Some weeks ago I came across a Youtube clip in which the photographer used long exposure and flash together the create images of movement. The flat essentially froze the action at that point whereas the log exposure created the movement.
I decided that this fitted in nicely with my earlier session using the LED lights and dancers which you can read about here. I had a large hall available and Kasia agreed to be my dancer.
The key to the shot is getting a sufficient long exposure to allow enough light in to capture the movement, and the flash set to fire right at the end. I knew that I had to have a very wide depth of field as Kasia would be ranging over quite a large area. Therefore the camera was on a tripod and set at f20, with manual focus set with a test shot.
We initially started with a 1/3 second exposure but that didn’t generate enough movement so we extended that to 1 second. The ambient light was provided by the room lights, and my main flash was set to camera left using the 7 foot parabolic umbrella. I positioned a second light camera right with a small gridded reflector aimed at the backdrop to try to add some more separate.
I had planned to bring in a constant light but in packing the car that got left behind.
While I am reasonably happy with the end results I think that there were some definite things that I would change for the next shot.
The first was to use a much bigger backdrop. I was using a very old support system and it is not that wide or tall. That meant that a number of great looking shots were not useable because Kasia had moved off the backdrop.
I would remember to bring in all of the lights that i needed because the final image is well lit, the movement is a little dull.
Timing is everything. Trying to start the movement with the press of the shutter is quite hard. As shown in the image below if Kasia held her initial position for two long we ended up with a double exposure.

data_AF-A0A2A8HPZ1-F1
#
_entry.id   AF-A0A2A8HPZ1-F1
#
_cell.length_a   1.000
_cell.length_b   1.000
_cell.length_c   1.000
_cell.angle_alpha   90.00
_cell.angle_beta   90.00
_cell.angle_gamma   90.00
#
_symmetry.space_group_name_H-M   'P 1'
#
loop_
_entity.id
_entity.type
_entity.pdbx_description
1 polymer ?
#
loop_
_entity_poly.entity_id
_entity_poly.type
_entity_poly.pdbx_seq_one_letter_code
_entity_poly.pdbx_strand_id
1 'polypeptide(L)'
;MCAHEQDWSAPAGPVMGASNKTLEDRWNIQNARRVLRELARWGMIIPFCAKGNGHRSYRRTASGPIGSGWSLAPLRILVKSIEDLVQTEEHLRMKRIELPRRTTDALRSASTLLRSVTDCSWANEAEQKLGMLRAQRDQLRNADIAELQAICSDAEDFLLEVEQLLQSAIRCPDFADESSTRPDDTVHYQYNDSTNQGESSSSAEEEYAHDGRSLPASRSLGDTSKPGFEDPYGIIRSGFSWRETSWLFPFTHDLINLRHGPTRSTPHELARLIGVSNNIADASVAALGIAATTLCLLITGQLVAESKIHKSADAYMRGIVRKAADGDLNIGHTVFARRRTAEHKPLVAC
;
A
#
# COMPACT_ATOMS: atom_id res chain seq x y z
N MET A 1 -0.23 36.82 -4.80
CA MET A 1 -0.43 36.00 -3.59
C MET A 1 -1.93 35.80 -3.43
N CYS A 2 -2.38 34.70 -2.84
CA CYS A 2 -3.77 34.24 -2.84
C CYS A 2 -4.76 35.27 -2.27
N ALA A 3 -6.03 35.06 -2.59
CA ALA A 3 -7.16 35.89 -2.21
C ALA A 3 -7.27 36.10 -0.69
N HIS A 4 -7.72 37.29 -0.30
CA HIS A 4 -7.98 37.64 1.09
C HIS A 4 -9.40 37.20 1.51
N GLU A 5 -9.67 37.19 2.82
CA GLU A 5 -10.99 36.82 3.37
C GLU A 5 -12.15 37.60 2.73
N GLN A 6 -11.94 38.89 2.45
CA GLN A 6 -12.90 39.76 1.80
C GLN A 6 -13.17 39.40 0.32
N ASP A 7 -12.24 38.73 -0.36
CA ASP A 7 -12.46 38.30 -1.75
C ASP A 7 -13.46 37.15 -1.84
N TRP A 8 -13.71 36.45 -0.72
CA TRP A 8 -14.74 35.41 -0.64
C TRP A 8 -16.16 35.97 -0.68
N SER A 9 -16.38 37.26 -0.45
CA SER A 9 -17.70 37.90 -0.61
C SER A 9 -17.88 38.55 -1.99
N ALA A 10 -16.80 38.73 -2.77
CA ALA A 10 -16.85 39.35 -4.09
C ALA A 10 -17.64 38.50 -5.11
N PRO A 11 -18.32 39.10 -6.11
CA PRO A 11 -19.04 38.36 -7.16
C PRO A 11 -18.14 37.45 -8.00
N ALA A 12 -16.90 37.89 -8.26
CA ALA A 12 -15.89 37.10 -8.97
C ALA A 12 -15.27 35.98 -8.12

I am trying to arrange a time with a ballet dancer in the next month and hope to take this series further.
Last night we had the results of the third round of the Hutt Camera’ club 2016 ladder competition. This time I had four images in for consideration. There were two digital images, that had been entered specifically to compete for the overall title. In addition I submitted two print images, that I am considering to be part of my submission early next year for Photographic Society of New Zealand honours. The plan was simply to get feedback from the judge.
I was blown away with the results. Both print images were awarded honours, as was one of the digital images. The other scored a merit (which is the grade below honours) so that was pleasing as well.
My image of Wilf is one that proves you don’t need a fancy camera to get the image. This was shot on a small and relative cheap Fuji mirrorless.
Each year the six photographic clubs in the Wellington area have a print competition. The host club sets 10 topics and each club submits a single image. I have entered images for selection in most years, and have normally had at least one selected by the Hutt Camera Club. This year was no different and I submitted images in two categories.
The judging was held last night and I was thrilled when my entry in the “reflections” category won, with the judge raving about the image.
Afterwards the images attracted a lot of attention and I received a lot of questions about how it had been produced.
When I had seen the category “reflections” I knew that I wanted to create something quite different. A very similar topic was used in 2011 and that time I used a mirror as well. (you can read about that one on this link).
Fortunately just down the road from work is an unusual shop selling a wide of mirrors. It is set out more like an old curiosity shop, and so i knew that it would make a great location. The shop describes itself as a gentleman’s destination shop so I knew that I wanted a particular look for the person. Fortunately I knew that Wellington wedding photographer Jason Naylor fitted that bill, and he agreed to take part.
We had to wait a couple of months to get a time that was not so chaotic for him and the shop owner. We will given full run of the shop after it closed to the public. My daughter assisted with helping set up the mirrors.
The image was lit with a single strobe placed immediately in front of Jason firing into my 7 foot parabolic umbrella. A Lumecube was placed on a light stand just behind him (camera left) to add a little separation.
The shot as presented is pretty much straight out of camera. Photoshop was used to set the tone of the image along with a little dodging. The fifth mirror was a little bit of a mistake however I quite like how it adds a little bit to the image.